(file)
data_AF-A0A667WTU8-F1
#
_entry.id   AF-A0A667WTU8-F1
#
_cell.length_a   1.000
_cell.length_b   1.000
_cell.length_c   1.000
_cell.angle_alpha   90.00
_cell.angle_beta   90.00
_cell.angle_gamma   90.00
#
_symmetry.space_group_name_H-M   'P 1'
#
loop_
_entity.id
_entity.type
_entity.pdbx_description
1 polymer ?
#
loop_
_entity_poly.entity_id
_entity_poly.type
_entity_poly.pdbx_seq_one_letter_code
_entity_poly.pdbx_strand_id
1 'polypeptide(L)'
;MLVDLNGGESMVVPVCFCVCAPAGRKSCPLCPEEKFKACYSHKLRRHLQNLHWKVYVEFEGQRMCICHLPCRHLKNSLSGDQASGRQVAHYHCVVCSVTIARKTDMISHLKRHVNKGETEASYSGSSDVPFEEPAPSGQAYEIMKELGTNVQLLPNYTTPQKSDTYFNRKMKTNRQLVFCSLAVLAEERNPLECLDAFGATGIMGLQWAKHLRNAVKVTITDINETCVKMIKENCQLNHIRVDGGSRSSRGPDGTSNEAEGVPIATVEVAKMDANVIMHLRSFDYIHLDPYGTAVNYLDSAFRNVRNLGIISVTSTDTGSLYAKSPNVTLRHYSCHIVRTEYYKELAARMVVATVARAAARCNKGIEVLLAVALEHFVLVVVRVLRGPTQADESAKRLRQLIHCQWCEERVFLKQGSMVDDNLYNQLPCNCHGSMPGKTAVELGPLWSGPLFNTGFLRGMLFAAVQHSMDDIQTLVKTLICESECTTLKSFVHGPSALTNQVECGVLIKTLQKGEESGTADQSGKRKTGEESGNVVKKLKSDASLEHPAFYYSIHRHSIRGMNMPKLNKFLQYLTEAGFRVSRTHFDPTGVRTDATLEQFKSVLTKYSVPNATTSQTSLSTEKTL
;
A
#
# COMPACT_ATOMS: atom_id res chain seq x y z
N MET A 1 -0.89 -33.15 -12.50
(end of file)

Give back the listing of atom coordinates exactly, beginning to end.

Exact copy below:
data_AF-A0A667WTU8-F1
#
_entry.id   AF-A0A667WTU8-F1
#
_cell.length_a   1.000
_cell.length_b   1.000
_cell.length_c   1.000
_cell.angle_alpha   90.00
_cell.angle_beta   90.00
_cell.angle_gamma   90.00
#
_symmetry.space_group_name_H-M   'P 1'
#
loop_
_entity.id
_entity.type
_entity.pdbx_description
1 polymer ?
#
loop_
_entity_poly.entity_id
_entity_poly.type
_entity_poly.pdbx_seq_one_letter_code
_entity_poly.pdbx_strand_id
1 'polypeptide(L)'
;MLVDLNGGESMVVPVCFCVCAPAGRKSCPLCPEEKFKACYSHKLRRHLQNLHWKVYVEFEGQRMCICHLPCRHLKNSLSGDQASGRQVAHYHCVVCSVTIARKTDMISHLKRHVNKGETEASYSGSSDVPFEEPAPSGQAYEIMKELGTNVQLLPNYTTPQKSDTYFNRKMKTNRQLVFCSLAVLAEERNPLECLDAFGATGIMGLQWAKHLRNAVKVTITDINETCVKMIKENCQLNHIRVDGGSRSSRGPDGTSNEAEGVPIATVEVAKMDANVIMHLRSFDYIHLDPYGTAVNYLDSAFRNVRNLGIISVTSTDTGSLYAKSPNVTLRHYSCHIVRTEYYKELAARMVVATVARAAARCNKGIEVLLAVALEHFVLVVVRVLRGPTQADESAKRLRQLIHCQWCEERVFLKQGSMVDDNLYNQLPCNCHGSMPGKTAVELGPLWSGPLFNTGFLRGMLFAAVQHSMDDIQTLVKTLICESECTTLKSFVHGPSALTNQVECGVLIKTLQKGEESGTADQSGKRKTGEESGNVVKKLKSDASLEHPAFYYSIHRHSIRGMNMPKLNKFLQYLTEAGFRVSRTHFDPTGVRTDATLEQFKSVLTKYSVPNATTSQTSLSTEKTL
;
A
#
# COMPACT_ATOMS: atom_id res chain seq x y z
N MET A 1 -0.89 -33.15 -12.50